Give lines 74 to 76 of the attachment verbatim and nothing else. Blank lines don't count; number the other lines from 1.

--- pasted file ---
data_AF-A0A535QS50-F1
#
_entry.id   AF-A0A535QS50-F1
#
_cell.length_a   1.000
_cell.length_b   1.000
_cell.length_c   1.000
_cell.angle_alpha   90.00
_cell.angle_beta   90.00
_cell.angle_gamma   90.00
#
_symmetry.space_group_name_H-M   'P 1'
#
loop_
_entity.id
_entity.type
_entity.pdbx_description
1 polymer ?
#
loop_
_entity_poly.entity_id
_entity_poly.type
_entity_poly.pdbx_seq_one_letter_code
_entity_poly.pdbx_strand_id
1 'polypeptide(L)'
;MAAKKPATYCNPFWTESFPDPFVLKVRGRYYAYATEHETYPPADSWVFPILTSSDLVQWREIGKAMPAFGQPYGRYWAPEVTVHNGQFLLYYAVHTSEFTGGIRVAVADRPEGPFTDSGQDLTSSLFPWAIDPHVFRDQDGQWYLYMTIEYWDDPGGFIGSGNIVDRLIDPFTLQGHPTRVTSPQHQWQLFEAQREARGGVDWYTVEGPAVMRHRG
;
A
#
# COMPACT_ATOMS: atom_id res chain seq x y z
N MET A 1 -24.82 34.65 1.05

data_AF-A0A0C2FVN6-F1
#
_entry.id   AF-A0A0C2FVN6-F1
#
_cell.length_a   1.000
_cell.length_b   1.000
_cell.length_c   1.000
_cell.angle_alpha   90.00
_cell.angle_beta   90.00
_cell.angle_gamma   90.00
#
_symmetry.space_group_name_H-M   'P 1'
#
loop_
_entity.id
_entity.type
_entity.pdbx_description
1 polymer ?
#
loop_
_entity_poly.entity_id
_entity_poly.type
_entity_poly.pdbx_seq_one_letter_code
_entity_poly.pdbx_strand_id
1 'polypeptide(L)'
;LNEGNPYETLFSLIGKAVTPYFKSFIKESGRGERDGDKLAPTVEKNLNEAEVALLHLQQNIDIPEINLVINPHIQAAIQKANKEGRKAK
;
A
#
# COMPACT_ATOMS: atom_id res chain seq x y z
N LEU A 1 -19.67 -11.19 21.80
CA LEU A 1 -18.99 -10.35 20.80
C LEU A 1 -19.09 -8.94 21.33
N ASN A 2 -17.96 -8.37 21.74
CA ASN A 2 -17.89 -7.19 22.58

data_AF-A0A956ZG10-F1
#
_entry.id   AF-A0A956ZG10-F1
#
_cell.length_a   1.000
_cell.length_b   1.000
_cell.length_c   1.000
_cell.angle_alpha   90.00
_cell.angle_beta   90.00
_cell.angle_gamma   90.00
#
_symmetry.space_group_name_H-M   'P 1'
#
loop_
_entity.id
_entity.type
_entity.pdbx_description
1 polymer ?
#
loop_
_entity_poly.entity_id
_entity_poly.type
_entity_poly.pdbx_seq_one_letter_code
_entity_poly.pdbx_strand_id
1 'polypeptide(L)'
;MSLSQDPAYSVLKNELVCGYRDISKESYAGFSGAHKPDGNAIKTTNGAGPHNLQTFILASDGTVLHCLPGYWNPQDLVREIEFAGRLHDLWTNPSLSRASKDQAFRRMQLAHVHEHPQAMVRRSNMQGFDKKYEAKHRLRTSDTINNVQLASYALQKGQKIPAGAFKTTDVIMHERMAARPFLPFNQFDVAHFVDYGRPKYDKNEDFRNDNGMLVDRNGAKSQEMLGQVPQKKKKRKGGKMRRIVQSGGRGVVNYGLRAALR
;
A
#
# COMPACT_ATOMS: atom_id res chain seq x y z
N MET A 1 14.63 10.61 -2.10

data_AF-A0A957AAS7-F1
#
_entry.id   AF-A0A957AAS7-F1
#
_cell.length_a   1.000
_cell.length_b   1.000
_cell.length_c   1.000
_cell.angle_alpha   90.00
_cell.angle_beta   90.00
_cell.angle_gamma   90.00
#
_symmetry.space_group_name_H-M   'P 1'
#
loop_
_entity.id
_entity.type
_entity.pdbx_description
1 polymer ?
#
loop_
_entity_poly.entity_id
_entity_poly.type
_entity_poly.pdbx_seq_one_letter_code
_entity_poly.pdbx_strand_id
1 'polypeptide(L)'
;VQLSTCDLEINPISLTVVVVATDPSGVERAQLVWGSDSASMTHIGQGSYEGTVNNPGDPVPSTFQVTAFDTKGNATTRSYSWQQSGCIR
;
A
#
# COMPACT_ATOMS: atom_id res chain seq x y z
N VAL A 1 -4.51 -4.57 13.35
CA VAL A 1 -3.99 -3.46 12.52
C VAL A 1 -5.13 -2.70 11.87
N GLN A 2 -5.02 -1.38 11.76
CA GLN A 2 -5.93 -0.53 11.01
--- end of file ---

_cell.angle_alpha   90.00
_cell.angle_beta   90.00
_cell.angle_gamma   90.00